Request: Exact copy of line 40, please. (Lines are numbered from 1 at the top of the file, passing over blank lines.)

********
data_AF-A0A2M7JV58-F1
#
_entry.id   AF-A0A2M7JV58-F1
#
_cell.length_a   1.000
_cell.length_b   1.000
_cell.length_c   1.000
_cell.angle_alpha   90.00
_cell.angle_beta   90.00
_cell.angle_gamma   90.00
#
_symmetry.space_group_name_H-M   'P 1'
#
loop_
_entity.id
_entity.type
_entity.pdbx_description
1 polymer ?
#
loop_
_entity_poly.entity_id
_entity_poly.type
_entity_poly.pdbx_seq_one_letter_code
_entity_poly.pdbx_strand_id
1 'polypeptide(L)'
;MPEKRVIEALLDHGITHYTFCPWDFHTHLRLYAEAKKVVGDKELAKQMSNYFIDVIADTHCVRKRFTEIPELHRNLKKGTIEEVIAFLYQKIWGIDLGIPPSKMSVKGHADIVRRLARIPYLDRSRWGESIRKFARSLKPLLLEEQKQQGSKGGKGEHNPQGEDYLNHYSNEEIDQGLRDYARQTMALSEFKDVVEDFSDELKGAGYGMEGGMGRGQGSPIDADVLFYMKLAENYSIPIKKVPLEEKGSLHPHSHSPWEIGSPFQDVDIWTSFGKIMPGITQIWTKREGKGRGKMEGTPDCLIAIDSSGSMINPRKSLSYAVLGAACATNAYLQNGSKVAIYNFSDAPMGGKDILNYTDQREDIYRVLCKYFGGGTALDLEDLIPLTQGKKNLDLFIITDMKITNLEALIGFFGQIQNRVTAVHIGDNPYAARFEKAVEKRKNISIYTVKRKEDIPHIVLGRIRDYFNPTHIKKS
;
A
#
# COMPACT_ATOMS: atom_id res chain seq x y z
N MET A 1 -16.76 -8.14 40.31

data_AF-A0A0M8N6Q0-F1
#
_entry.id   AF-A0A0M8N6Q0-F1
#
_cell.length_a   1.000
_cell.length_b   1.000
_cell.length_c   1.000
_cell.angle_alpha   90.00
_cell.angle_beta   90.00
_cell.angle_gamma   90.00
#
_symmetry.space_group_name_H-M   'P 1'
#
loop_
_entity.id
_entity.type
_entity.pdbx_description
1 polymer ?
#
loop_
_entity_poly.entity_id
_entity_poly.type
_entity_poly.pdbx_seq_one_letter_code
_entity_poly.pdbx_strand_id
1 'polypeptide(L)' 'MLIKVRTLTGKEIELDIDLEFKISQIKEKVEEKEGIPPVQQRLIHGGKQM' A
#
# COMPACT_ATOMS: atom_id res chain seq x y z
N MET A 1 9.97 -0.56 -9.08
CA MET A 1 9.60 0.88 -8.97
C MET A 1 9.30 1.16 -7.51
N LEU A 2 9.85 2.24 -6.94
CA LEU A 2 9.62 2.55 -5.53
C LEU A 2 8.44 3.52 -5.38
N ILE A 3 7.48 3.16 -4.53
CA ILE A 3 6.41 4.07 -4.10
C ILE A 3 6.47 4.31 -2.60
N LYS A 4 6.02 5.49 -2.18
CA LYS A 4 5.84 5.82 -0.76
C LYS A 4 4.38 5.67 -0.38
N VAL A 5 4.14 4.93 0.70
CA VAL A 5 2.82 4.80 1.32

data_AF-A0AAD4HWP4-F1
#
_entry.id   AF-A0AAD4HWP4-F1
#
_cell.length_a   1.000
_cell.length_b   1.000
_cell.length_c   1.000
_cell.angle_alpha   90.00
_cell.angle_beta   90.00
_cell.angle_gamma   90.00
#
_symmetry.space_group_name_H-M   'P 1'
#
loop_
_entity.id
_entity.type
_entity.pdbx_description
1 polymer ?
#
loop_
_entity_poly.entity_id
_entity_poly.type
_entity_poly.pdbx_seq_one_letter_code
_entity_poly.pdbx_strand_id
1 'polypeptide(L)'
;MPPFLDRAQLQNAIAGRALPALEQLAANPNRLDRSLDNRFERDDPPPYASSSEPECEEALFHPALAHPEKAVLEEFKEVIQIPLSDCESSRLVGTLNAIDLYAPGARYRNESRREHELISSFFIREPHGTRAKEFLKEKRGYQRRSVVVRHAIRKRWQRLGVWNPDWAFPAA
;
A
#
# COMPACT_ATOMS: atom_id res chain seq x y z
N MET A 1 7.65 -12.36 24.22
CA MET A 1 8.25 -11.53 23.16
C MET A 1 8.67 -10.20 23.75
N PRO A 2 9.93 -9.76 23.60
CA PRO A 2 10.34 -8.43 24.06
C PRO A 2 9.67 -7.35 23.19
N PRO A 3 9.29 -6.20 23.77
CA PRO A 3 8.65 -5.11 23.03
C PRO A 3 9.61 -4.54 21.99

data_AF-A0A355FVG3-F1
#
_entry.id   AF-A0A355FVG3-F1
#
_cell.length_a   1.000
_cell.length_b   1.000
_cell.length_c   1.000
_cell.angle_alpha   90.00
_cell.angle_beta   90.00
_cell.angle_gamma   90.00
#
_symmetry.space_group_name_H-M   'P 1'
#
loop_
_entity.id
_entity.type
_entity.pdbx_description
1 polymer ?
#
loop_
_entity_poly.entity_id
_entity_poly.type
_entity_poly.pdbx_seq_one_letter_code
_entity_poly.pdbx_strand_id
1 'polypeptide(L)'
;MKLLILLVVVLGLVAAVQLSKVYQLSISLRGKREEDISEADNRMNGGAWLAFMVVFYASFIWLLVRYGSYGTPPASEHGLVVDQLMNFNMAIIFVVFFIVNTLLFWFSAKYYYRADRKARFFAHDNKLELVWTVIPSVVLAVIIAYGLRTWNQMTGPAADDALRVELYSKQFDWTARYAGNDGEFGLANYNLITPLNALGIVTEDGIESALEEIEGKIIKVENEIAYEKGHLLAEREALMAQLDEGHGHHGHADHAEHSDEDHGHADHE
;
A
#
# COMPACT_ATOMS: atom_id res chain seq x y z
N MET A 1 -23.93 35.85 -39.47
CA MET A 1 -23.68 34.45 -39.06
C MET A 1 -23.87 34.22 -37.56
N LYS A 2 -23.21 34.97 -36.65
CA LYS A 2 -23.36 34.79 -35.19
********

_cell.angle_beta   90.00